Report calls for support for BTEC students entering university education – Archive – News archive

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  • A project to remove barriers faced by high-performing students with alternative A-level qualifications, who continue their education in competitive courses at university, found that misconceptions still exist about their abilities and qualifications.
  • The results show an increase in the number of students entering university with equivalent qualifications such as BTEC, with T levels and apprenticeships intended to further reinforce this trend.
  • Students entering university courses with equivalent qualifications tend to perform worse than A-level students only
  • The report can help inform the government review of higher education and provide recommendations to support the transition to university-level studies.

Students entering university with equivalent qualifications such as BTECs are getting better support in overcoming obstacles in their transition to higher education, according to a report led by the University of Sheffield.

Results released today (May 14, 2018) mark the end of an 18-month collaborative project to challenge preconceptions and remove barriers faced by high-performing BTEC students who continue their education in courses competitive at university.

Launched in response to changing trends in student entrance qualifications and recent government higher education exams, the project funded by the Higher Education Funding Council for England (HEFCE) has shown an increase in the number of incoming students. at university with equivalent qualifications such as BTEC. T-levels and apprenticeships are expected to further increase this trend towards a greater mix of pre-entry level qualifications, however, the results suggest that equivalent qualifications can still often be considered a second-class qualification. – a stereotype that must be questioned.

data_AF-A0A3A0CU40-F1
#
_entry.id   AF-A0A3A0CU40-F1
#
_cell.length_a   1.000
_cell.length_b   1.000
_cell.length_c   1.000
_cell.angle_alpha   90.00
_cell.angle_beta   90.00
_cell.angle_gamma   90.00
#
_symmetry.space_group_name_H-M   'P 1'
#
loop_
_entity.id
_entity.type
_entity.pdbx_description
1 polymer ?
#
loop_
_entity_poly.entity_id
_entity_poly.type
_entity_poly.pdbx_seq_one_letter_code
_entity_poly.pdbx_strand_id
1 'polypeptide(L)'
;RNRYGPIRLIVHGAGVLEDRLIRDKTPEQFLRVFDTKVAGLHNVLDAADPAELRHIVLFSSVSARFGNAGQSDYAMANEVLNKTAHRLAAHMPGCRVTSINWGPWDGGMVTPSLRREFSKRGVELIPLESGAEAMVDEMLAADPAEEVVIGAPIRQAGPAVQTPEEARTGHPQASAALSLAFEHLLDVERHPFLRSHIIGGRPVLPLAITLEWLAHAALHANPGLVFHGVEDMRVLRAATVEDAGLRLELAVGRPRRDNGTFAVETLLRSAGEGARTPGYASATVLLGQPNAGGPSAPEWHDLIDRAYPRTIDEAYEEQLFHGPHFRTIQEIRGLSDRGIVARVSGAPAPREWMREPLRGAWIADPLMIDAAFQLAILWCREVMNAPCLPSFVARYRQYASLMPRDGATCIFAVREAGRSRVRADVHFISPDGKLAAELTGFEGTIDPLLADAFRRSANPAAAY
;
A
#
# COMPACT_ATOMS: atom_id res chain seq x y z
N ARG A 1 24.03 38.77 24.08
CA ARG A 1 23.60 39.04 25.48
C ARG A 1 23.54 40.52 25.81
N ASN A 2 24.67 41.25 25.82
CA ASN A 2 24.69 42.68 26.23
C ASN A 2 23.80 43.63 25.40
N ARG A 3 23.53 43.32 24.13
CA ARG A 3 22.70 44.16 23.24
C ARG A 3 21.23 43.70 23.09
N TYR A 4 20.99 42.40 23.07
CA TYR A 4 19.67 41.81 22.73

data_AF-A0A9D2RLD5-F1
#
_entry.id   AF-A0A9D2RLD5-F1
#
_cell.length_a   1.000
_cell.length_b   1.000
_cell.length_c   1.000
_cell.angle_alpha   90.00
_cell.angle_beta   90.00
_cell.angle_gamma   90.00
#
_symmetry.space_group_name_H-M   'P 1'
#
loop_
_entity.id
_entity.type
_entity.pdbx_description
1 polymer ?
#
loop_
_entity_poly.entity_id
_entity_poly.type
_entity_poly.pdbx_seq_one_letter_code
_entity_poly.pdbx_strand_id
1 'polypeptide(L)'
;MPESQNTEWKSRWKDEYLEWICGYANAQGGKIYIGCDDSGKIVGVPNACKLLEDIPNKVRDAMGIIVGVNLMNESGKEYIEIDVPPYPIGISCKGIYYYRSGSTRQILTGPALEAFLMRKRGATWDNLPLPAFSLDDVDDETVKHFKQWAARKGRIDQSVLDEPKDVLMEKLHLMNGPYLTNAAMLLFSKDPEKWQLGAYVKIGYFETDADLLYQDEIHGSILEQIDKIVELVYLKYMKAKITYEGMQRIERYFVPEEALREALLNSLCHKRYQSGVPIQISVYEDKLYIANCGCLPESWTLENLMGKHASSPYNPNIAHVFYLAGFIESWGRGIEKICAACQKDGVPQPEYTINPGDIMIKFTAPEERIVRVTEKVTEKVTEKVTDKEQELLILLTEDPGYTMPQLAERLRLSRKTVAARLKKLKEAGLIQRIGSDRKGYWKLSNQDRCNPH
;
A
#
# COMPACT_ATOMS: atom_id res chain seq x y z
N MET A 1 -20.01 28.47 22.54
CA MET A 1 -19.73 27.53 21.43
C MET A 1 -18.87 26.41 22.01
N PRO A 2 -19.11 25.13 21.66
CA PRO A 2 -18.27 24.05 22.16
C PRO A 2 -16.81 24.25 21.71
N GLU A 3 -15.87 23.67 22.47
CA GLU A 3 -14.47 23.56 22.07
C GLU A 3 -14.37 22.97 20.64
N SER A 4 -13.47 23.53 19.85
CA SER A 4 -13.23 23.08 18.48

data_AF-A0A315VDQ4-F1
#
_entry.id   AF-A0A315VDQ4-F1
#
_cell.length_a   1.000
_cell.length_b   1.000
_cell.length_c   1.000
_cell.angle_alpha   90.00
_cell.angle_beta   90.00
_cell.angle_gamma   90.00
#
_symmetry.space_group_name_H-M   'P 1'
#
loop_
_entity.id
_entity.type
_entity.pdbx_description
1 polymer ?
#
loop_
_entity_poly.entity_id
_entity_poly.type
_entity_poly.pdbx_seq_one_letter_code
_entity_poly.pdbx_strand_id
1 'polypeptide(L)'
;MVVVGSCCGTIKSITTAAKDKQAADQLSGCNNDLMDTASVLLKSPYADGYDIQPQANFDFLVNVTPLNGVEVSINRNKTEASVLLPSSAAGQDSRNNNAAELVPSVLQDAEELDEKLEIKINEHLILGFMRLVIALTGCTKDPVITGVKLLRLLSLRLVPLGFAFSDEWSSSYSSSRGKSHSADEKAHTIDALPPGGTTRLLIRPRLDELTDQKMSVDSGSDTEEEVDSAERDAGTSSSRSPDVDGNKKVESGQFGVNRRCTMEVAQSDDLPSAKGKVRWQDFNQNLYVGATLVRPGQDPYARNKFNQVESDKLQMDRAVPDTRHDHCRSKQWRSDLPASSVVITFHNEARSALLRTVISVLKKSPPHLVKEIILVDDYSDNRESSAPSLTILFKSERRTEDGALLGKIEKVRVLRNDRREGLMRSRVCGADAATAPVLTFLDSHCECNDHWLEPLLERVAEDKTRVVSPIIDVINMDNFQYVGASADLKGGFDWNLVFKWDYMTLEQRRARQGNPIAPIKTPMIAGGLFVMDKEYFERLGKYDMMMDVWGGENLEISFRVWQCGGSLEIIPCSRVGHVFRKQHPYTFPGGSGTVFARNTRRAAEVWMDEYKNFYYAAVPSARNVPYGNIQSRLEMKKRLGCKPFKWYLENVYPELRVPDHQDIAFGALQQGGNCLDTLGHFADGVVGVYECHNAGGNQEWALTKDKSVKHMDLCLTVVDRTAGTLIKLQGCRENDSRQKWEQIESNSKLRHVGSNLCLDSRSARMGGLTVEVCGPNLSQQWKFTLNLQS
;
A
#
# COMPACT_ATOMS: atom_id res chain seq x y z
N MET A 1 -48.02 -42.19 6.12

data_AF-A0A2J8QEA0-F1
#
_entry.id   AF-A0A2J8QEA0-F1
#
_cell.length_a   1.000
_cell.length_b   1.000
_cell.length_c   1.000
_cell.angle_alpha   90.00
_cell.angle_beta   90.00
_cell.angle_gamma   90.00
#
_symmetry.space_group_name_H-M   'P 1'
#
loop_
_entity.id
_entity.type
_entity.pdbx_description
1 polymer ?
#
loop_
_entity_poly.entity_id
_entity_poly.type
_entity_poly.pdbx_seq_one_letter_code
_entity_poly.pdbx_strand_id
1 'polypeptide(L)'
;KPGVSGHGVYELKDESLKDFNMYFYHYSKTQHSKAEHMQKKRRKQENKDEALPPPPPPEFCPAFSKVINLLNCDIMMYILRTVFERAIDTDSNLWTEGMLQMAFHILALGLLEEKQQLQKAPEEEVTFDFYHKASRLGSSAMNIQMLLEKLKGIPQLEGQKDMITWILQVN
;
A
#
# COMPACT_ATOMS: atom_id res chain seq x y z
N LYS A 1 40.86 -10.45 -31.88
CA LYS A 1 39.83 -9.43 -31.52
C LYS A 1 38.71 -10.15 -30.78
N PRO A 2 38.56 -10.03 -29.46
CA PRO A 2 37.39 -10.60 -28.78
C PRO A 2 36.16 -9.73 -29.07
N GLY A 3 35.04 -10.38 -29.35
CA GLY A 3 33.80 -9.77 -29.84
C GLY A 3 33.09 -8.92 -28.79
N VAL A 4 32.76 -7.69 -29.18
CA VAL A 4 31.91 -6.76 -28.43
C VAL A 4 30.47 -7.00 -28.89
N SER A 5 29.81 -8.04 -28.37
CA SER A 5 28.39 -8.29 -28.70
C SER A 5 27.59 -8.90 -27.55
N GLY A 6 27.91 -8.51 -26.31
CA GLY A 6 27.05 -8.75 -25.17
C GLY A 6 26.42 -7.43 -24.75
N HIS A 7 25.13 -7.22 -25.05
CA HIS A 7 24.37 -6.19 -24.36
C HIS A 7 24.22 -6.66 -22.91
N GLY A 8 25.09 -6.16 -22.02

It is crucial to tackle misconceptions about students who come to university via BTEC qualifications equivalent to those on the traditional A-level academic path.

Professor Wyn Morgan, Vice President for Education

The study involved schools and colleges working with the University of Sheffield to undertake a practical set of activities aimed at better understanding and potentially supporting students, with top marks in qualifications equivalent to A levels in their transition to the University studies. The Sheffield-focused results are expected to reflect the problems faced nationally by students entering the university with equivalent qualifications.

The report also pointed out that students entering university courses with equivalent qualifications tended to perform worse than A-level students and were sometimes faced with different assumptions and perceptions than those entering with qualifications. Traditional Level A. The study aimed to learn more about the reasons and suggest ideas for ensuring that universities, schools and colleges can better prepare top-performing students with alternative qualifications for success in the Higher Education.

Other findings included:

  • The need for a better understanding by schools of the essential and desirable skills that learners should acquire before entering higher education, especially to enable students to cope with the exam objective of many university courses .
  • Adjusting university teaching and assessment methods to better understand the content and value of equivalent qualifications in terms of the particular strengths they bring.
  • The reformed BTEC qualification prepares students for university better than ever, but understanding the qualifications and matching the curriculum should be at the heart of any university’s recruiting work.
  • Dramatic differences in the number of students entering Sheffield University with equivalent qualifications by department, suggesting a disciplinary approach.